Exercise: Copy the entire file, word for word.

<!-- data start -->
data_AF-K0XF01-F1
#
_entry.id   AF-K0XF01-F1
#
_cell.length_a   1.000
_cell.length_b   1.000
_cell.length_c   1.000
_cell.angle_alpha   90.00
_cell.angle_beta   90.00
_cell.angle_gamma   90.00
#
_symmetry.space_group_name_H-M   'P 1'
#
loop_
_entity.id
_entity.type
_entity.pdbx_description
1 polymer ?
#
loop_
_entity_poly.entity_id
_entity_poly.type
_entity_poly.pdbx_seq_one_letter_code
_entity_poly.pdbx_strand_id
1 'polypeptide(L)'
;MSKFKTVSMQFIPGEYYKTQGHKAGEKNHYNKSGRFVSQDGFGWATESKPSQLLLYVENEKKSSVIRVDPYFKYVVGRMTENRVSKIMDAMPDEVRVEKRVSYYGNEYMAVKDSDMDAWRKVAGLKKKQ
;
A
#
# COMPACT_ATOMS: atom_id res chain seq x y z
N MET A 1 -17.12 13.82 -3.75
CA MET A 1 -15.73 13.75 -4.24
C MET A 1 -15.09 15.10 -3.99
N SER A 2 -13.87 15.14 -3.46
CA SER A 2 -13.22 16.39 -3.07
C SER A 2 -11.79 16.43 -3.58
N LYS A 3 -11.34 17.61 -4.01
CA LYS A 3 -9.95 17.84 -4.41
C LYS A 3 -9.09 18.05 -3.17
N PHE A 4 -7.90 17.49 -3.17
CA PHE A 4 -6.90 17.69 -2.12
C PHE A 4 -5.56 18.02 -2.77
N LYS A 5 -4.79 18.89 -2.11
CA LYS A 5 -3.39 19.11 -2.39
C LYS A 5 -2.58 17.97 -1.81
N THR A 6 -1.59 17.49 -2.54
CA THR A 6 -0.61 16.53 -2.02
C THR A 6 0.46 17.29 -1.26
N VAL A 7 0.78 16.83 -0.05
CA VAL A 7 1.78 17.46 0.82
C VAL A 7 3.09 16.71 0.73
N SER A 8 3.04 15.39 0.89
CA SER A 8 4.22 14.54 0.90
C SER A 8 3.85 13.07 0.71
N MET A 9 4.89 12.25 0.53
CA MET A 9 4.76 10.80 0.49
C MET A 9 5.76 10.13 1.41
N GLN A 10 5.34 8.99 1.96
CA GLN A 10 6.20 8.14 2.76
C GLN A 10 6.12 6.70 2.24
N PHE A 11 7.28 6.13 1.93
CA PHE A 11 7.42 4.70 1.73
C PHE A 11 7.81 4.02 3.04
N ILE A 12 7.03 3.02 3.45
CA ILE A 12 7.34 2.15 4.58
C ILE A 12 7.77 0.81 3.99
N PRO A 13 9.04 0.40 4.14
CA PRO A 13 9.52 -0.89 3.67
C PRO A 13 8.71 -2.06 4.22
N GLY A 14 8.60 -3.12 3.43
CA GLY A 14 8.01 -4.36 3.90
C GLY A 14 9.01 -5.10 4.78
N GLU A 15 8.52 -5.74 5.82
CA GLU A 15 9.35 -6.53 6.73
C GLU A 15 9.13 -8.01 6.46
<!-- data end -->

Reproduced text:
data_AF-K0XF01-F1
#
_entry.id   AF-K0XF01-F1
#
_cell.length_a   1.000
_cell.length_b   1.000
_cell.length_c   1.000
_cell.angle_alpha   90.00
_cell.angle_beta   90.00
_cell.angle_gamma   90.00
#
_symmetry.space_group_name_H-M   'P 1'
#
loop_
_entity.id
_entity.type
_entity.pdbx_description
1 polymer ?
#
loop_
_entity_poly.entity_id
_entity_poly.type
_entity_poly.pdbx_seq_one_letter_code
_entity_poly.pdbx_strand_id
1 'polypeptide(L)'
;MSKFKTVSMQFIPGEYYKTQGHKAGEKNHYNKSGRFVSQDGFGWATESKPSQLLLYVENEKKSSVIRVDPYFKYVVGRMTENRVSKIMDAMPDEVRVEKRVSYYGNEYMAVKDSDMDAWRKVAGLKKKQ
;
A
#
# COMPACT_ATOMS: atom_id res chain seq x y z
N MET A 1 -17.12 13.82 -3.75
CA MET A 1 -15.73 13.75 -4.24
C MET A 1 -15.09 15.10 -3.99
N SER A 2 -13.87 15.14 -3.46
CA SER A 2 -13.22 16.39 -3.07
C SER A 2 -11.79 16.43 -3.58
N LYS A 3 -11.34 17.61 -4.01
CA LYS A 3 -9.95 17.84 -4.41
C LYS A 3 -9.09 18.05 -3.17
N PHE A 4 -7.90 17.49 -3.17
CA PHE A 4 -6.90 17.69 -2.12
C PHE A 4 -5.56 18.02 -2.77
N LYS A 5 -4.79 18.89 -2.11
CA LYS A 5 -3.39 19.11 -2.39
C LYS A 5 -2.58 17.97 -1.81
N THR A 6 -1.59 17.49 -2.54
CA THR A 6 -0.61 16.53 -2.02
C THR A 6 0.46 17.29 -1.26
N VAL A 7 0.78 16.83 -0.05
CA VAL A 7 1.78 17.46 0.82
C VAL A 7 3.09 16.71 0.73
N SER A 8 3.04 15.39 0.89
CA SER A 8 4.22 14.54 0.90
C SER A 8 3.85 13.07 0.71
N MET A 9 4.89 12.25 0.53
CA MET A 9 4.76 10.80 0.49
C MET A 9 5.76 10.13 1.41
N GLN A 10 5.34 8.99 1.96
CA GLN A 10 6.20 8.14 2.76
C GLN A 10 6.12 6.70 2.24
N PHE A 11 7.28 6.13 1.93
CA PHE A 11 7.42 4.70 1.73
C PHE A 11 7.81 4.02 3.04
N ILE A 12 7.03 3.02 3.45
CA ILE A 12 7.34 2.15 4.58
C ILE A 12 7.77 0.81 3.99
N PRO A 13 9.04 0.40 4.14
CA PRO A 13 9.52 -0.89 3.67
C PRO A 13 8.71 -2.06 4.22
N GLY A 14 8.60 -3.12 3.43
CA GLY A 14 8.01 -4.36 3.90
C GLY A 14 9.01 -5.10 4.78
N GLU A 15 8.52 -5.74 5.82
CA GLU A 15 9.35 -6.53 6.73
C GLU A 15 9.13 -8.01 6.46